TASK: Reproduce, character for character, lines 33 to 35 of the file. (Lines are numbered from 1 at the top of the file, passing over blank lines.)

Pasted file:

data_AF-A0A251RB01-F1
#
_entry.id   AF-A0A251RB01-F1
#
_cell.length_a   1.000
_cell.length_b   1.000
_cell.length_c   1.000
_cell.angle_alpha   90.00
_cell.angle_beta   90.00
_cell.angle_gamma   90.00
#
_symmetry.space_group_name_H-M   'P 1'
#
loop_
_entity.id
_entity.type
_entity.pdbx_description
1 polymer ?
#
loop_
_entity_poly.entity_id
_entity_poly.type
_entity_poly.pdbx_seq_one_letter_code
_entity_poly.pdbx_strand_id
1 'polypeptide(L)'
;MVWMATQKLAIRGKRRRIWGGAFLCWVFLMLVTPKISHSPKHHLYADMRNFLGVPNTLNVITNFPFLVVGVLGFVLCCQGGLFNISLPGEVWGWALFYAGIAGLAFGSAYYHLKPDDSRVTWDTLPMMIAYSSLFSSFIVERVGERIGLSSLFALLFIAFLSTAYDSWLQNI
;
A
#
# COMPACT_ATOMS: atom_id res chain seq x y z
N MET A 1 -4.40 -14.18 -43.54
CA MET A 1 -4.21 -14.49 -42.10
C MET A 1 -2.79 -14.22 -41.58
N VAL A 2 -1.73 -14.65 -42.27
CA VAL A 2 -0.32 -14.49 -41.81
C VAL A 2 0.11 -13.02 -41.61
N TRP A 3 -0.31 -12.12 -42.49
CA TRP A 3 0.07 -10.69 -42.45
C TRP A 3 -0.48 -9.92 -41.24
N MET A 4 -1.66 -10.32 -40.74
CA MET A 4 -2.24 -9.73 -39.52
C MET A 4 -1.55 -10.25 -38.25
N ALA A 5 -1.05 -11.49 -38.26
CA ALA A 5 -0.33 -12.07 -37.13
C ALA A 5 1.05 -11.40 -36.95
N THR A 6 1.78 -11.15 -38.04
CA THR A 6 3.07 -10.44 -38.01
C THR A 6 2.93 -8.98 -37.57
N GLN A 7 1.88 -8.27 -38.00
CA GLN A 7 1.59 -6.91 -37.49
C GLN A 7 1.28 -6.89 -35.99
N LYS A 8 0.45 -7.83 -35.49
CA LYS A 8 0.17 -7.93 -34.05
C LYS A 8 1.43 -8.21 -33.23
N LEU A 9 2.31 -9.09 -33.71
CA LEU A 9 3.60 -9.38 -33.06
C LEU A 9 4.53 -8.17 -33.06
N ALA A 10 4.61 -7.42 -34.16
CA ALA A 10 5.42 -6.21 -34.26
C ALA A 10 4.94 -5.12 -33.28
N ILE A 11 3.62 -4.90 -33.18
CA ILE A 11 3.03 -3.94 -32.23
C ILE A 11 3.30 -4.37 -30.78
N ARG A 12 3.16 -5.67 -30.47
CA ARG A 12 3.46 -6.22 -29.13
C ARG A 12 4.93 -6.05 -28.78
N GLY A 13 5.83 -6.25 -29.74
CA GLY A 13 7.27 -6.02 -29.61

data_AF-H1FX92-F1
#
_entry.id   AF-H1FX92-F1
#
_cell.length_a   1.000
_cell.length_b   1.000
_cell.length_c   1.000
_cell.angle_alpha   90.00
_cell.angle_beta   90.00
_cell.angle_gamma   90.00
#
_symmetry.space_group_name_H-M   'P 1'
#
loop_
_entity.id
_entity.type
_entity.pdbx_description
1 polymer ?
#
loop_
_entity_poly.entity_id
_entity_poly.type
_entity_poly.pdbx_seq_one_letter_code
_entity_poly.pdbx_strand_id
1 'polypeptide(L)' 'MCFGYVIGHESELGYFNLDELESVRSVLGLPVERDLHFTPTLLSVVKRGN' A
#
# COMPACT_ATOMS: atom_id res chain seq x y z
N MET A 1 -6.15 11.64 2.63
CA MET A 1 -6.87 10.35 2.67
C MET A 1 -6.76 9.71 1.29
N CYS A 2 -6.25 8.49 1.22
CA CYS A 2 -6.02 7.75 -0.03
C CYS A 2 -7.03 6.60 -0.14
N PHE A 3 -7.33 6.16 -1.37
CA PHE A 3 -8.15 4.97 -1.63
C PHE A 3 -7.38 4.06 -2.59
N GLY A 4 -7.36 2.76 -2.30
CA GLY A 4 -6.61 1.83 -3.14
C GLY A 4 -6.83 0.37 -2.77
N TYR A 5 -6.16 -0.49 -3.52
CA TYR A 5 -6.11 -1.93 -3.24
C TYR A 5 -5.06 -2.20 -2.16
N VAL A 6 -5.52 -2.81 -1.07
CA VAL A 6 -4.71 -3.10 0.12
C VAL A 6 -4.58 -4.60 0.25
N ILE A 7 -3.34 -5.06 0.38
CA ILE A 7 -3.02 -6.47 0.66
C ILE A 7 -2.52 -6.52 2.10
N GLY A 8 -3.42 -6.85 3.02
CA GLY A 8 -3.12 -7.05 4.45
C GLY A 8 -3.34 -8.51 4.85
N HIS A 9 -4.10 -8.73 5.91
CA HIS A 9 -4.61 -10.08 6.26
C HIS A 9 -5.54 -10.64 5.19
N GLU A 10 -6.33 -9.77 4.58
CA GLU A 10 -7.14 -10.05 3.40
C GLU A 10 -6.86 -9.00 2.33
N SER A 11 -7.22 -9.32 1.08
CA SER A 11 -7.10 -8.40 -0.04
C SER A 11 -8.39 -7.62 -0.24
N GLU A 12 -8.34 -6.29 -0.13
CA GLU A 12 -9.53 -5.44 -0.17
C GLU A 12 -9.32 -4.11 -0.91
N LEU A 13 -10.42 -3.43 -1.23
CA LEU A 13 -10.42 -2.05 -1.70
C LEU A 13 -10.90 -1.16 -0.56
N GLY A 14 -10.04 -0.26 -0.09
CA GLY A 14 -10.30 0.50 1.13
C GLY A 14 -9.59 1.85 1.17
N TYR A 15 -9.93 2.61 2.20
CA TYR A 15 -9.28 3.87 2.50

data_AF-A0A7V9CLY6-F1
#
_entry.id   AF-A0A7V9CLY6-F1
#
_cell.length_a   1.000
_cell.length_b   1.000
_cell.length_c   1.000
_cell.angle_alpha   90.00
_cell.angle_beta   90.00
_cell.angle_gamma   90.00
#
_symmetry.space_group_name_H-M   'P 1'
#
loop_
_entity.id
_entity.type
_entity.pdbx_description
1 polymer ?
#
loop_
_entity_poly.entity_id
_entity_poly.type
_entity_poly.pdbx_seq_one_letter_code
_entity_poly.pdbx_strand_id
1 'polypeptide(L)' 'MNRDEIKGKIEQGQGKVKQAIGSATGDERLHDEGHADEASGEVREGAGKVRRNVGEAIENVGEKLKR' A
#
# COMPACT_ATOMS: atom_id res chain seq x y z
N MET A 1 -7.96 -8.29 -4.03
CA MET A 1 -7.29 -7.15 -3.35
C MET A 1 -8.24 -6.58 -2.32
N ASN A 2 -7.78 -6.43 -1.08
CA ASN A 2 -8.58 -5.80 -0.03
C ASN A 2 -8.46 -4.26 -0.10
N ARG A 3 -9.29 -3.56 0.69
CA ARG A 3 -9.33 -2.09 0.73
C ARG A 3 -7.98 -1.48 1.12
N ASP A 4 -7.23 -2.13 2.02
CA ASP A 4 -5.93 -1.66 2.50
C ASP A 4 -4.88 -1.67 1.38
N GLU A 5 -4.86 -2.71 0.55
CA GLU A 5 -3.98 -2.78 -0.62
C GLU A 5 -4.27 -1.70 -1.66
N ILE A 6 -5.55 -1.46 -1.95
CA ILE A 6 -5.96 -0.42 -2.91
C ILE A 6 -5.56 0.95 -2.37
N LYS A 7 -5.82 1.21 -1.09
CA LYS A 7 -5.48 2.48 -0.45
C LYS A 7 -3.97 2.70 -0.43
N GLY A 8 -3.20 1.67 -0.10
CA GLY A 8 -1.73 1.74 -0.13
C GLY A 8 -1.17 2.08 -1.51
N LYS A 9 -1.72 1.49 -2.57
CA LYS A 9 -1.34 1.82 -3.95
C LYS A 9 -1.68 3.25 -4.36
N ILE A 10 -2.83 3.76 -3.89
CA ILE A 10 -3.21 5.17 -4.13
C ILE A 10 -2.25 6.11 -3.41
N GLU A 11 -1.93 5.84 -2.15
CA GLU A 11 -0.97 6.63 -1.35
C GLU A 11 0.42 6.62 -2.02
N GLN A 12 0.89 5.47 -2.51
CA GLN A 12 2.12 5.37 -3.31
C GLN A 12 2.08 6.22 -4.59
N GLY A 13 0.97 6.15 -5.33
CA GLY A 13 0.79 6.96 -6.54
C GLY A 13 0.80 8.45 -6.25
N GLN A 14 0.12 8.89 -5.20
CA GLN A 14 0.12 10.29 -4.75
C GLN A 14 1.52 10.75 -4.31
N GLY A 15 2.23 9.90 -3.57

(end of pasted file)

C MET A 1 -2.79 -14.22 -41.58
N VAL A 2 -1.73 -14.65 -42.27
CA VAL A 2 -0.32 -14.49 -41.81